The event aims at fostering a proactive approach deploying trustworthy and transparent innovative technologies bridging the gaps between available techniques and practice. This is seen as necessary to sustain a further growth of the data-driven economy.   To this end, it is also crucial to break out of the “privacy vs safety” zero-sum game mindset and, instead, decisively converge on win-win approaches and standards that will substantially reconcile, on the one hand, basic human rights and control of sensitive data, and on the other, the legitimate needs for cyber-investigation to get more effective protection against crimes in cyberspace and in the physical World.   The resolution of this apparent dichotomy is seen as necessary if meaningfully-secure high-assurance IT is to be let legally available in the market.

Certification Governance Models

In synergy with the Trustless Computing Certification Campaign, the Free and Safe in Cyberspace event series aims to jump-start adequate constituent organizational processes for the future governance of such bodies, well aware of the fact that by far the most crucial factor affecting the success in achieving and sustaining such assurance levels is the ability to achieve and sustain extremely high-levels of technical-proficiency, citizen-accountability and presumable altruistic intentions of its key decision-making bodies. Such bodies would therefore likely need to be international non-profit, only partly-governmental, and self-financed by the costs of certifications to IT services offered by private and public entities. They could constitute for the digital world, for example, what the International Democratic and Electoral Assistance represents for global elections (OMC blogpost).

Positive Societal Impact

In the medium term, our visions is to build that an informed consensus and a wide adoption of the envisioned standards will spur substantial R&D projects and open ecosystems to lead participating actors and nations in a solid actionable path to achieve: (1) a renewed digital sovereignty of citizens and public institutions; (2) a global business leadership in the most strategic security-sensitive IT sectors, such as autonomous vehicles, advanced AI, critical infrastructure; (3) a reference for the protection of critical assets and infrastructures, strategic defense communication, intelligence and lawful access systems, through an international trustworthy computing base; and (4) a sound low-level IT computing base and governance models for advanced AI.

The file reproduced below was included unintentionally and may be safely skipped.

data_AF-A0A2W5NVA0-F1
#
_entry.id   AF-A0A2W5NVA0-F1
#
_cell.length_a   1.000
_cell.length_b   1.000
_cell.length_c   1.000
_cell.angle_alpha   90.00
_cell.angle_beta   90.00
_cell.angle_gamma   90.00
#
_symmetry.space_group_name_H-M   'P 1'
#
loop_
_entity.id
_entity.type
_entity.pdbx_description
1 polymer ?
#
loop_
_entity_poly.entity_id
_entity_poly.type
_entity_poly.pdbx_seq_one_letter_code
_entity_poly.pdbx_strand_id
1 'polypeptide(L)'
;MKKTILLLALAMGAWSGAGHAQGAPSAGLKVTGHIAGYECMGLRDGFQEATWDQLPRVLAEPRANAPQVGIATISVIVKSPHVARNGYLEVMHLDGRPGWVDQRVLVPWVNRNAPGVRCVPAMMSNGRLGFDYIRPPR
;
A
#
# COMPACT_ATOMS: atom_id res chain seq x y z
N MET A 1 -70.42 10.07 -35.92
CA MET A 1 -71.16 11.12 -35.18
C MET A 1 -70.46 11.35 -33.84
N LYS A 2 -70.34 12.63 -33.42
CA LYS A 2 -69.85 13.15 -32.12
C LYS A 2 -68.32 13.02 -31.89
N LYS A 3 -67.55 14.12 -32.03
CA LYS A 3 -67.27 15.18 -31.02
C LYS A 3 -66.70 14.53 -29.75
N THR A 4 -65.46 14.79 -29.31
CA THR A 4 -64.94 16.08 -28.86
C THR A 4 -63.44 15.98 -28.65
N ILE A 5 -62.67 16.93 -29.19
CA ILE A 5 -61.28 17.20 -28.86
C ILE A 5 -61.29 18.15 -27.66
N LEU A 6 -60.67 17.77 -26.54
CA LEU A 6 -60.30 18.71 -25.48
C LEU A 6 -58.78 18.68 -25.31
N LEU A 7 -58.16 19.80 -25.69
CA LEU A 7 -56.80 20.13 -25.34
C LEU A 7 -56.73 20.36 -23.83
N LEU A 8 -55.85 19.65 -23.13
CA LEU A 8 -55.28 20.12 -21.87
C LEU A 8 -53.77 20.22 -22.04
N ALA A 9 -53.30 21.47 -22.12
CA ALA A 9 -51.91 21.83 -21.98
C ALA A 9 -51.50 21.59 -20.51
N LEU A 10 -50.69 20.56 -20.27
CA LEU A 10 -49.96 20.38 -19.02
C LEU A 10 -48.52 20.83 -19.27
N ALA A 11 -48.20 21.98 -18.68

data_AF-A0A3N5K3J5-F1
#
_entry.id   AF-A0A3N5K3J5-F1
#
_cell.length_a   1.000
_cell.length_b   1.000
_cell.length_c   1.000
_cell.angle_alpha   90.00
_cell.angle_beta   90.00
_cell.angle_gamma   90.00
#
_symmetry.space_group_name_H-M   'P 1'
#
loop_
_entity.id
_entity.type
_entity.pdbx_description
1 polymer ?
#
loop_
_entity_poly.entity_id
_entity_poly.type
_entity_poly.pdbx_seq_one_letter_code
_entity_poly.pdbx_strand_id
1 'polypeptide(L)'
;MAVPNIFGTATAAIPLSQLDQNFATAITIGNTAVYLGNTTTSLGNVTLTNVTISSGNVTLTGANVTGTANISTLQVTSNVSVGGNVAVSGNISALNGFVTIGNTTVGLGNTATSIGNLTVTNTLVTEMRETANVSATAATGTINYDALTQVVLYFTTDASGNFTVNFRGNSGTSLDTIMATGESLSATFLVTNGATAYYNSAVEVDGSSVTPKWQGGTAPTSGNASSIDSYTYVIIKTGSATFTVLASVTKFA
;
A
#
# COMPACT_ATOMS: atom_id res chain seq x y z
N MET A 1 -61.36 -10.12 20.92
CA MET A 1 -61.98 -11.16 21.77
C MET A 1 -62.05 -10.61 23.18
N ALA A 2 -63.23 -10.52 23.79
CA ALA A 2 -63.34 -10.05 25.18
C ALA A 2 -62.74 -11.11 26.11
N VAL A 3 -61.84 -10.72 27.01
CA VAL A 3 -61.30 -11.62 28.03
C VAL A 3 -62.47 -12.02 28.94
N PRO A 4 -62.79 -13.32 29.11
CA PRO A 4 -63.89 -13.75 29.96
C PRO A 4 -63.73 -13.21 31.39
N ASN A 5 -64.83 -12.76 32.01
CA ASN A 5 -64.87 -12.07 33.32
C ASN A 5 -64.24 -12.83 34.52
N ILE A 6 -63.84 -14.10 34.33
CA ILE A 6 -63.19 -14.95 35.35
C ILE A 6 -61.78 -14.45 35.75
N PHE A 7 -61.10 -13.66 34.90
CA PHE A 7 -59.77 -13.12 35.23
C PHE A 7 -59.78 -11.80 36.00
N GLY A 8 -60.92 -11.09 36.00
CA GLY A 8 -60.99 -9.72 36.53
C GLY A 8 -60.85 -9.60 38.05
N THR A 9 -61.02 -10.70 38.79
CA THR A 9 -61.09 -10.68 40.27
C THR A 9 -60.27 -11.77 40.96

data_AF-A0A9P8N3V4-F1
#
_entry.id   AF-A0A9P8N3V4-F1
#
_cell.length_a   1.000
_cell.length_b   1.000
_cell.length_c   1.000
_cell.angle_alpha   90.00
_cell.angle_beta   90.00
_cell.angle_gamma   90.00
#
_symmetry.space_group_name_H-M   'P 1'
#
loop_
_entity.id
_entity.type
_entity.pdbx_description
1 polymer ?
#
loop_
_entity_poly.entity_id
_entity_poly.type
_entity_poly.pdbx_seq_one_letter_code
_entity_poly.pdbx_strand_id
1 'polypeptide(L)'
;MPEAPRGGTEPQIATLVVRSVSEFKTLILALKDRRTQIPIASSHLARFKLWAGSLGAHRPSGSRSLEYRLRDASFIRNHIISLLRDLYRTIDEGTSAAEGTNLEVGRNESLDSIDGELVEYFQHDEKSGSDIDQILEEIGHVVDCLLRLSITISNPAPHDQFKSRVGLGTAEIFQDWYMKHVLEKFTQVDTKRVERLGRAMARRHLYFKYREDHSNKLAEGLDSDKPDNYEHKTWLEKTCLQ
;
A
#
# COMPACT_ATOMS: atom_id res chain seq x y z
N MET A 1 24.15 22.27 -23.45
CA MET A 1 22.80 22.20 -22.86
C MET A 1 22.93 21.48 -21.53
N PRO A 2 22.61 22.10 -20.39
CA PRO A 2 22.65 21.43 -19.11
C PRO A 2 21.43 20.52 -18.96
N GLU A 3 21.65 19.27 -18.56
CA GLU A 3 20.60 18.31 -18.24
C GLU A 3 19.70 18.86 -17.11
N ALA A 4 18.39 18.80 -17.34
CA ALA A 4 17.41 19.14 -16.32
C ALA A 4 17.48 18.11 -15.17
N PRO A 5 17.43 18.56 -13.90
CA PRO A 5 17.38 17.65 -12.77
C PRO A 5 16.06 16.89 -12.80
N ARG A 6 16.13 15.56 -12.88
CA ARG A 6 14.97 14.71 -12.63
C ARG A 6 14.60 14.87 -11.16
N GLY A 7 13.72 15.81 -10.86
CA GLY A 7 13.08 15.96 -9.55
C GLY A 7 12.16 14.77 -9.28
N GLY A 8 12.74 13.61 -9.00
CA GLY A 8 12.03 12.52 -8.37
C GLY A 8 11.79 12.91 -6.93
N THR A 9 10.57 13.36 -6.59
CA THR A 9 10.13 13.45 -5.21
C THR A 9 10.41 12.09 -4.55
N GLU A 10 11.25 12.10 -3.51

Possible paths to adoption

Although such bodies are meant to be highly effective within current legislative and constitutional frameworks – i.e. without governmental recognition or legislative changes – they will hopefully aims to provide the socio-technical oversight, standardization and certification basis for the enforceability in future scenarios of recognition or adoption as voluntary or mandatory for certain classes of services by the EU or single national governments – in order to solidly comply to their Constitutions and human rights charters – by intergovernmental agreements and treaties. Examples of such treaties could the Geneva-Convention like treaty proposed by the UN Special Rapporteur on the Right of Privacy, the proposed Snowden Treaty, or standard bodies for the “so-called” World-Sized Web called for by Bruce Schneier. They may constitute an example (OMC post) of the “sector-specific” solutions to Safe Harbour issue, and other EU/US privacy issues, as suggested by Max Schrems. Constituent processes for the creation of the mentioned intergovernmental treaties could get inspiration from those of the Coalition for International Criminal Court, lead by the World Federalist Movement, that created the International Criminal Court, or a proposed constituent process based on UN Caucuses, which was approved by the World Federalist Movement 2008 Congress (post).


(Definition: We define as having a “constitutionally-meaningful level of trustworthiness”, a given end-2-end IT service that is confidently resistant to persistent attempts worth tens of millions of euros to compromise its life-cycle and tens of thousands to compromise a single user, by actors with high plausible deniability and very low actual liability.)